Driving your Company’s IoT ROI by linking it with Predictive Maintenance
Unlike the consumer sector, manufacturers have been using IoT for years. Properly focused IoT capabilities have driven huge change and ROI in manufacturing across a range of operational applications. However, in many instances, it has become a self-perpetuating data gathering exercise with no real focus. IoT is not an end in itself and needs to have clear business goal and ROI.
Linking your IoT to a practical application like Predictive Maintenance can drive significant ROI and put a clear structure on your IoT roadmap and measurement of success.
Predictive Maintenance (PdM): the use of Advanced Predictive Analytics and multiple historic data sources, aims to predict when and where an asset will fail (and why). This capability offers manufacturers the opportunity to reduce operating costs (10-25%) and product development costs (25%). The typical challenge for traditional manufacturers is that the older processes which are problematic gather little or no data and the newer equipment which gathers all data is relatively problem free.
Typical data points that need to be gathered for PdM include:
- Asset Data – Age, Product specifications, etc.
- Usage – Temperature, Oil Pressure, Load, Production Speeds, Voltage, Acoustics, Geographical – Physical Position.
- Maintenance logs – Date of last repair, unstructured data and repairs.
- Weather data – Temperature, humidity, rainfall, etc.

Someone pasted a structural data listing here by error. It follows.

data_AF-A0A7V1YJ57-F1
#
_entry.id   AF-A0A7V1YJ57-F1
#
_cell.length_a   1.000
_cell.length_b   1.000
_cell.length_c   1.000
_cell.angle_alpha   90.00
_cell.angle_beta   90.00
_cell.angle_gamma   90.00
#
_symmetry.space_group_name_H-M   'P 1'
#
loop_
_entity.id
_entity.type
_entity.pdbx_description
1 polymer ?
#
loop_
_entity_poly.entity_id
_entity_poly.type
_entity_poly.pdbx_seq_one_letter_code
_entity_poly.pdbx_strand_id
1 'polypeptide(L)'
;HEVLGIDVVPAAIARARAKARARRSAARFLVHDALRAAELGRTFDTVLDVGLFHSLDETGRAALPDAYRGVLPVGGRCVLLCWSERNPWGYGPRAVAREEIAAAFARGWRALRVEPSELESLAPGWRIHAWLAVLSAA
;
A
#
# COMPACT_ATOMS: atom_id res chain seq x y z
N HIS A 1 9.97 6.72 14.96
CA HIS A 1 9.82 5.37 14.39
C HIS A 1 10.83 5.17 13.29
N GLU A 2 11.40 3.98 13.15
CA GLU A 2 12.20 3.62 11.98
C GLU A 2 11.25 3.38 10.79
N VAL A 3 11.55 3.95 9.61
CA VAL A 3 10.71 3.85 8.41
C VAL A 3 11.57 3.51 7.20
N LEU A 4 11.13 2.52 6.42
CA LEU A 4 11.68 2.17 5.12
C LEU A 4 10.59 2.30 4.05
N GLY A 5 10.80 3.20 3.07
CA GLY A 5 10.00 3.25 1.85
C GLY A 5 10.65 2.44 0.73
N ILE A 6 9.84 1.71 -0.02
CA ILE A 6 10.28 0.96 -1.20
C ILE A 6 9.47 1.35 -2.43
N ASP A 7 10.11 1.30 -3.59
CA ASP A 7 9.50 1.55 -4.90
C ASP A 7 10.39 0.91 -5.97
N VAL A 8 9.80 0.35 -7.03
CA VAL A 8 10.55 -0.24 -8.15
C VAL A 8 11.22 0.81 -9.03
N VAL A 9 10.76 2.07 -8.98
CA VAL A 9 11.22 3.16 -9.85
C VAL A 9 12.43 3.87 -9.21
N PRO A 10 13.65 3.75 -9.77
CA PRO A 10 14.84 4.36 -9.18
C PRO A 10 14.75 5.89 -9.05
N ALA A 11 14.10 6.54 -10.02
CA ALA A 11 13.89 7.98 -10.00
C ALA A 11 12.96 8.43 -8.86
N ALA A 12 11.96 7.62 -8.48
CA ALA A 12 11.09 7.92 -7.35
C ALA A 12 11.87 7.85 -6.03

Low cost sensors have made data collection relatively cheap, however, not all data is required for all assets, and implementing an IoT strategy without focusing on what you want to achieve will end up in large quantities of irrelevant data.
In this White Paper, I look at key factors that should be addressed when implementing an IoT and Predictive Maintenance strategy.
One of the first challenges is to stop your IoT or PdM strategies from becoming siloed. This is an enterprise capability that has multiple applications across the enterprise.
Both PdM and IoT offer potential for improving manufacturing’s performance in product quality, targeted maintenance, supply chain, warranty and customer satisfaction, so the planning must be done at a corporate level.
If the IoT or PdM is carried out in siloes and pockets of insufficiently digitalised processes, this will limit the manufacturer’s ability to get the right data and deploy the results across all the touchpoints where they are needed.
The IoT and PdM strategy is a truly cross functional collaborative effort and manufacturers need to bring together expertise from different teams to understand the real business requirements and the critical data and the practical outputs required to answer the objectives. The strategy may require new organisational skillsets such as data scientists to translate the business requirements into data mining objectives and understanding how the outputs can be deployed into the existing infrastructure.
Managing the Politics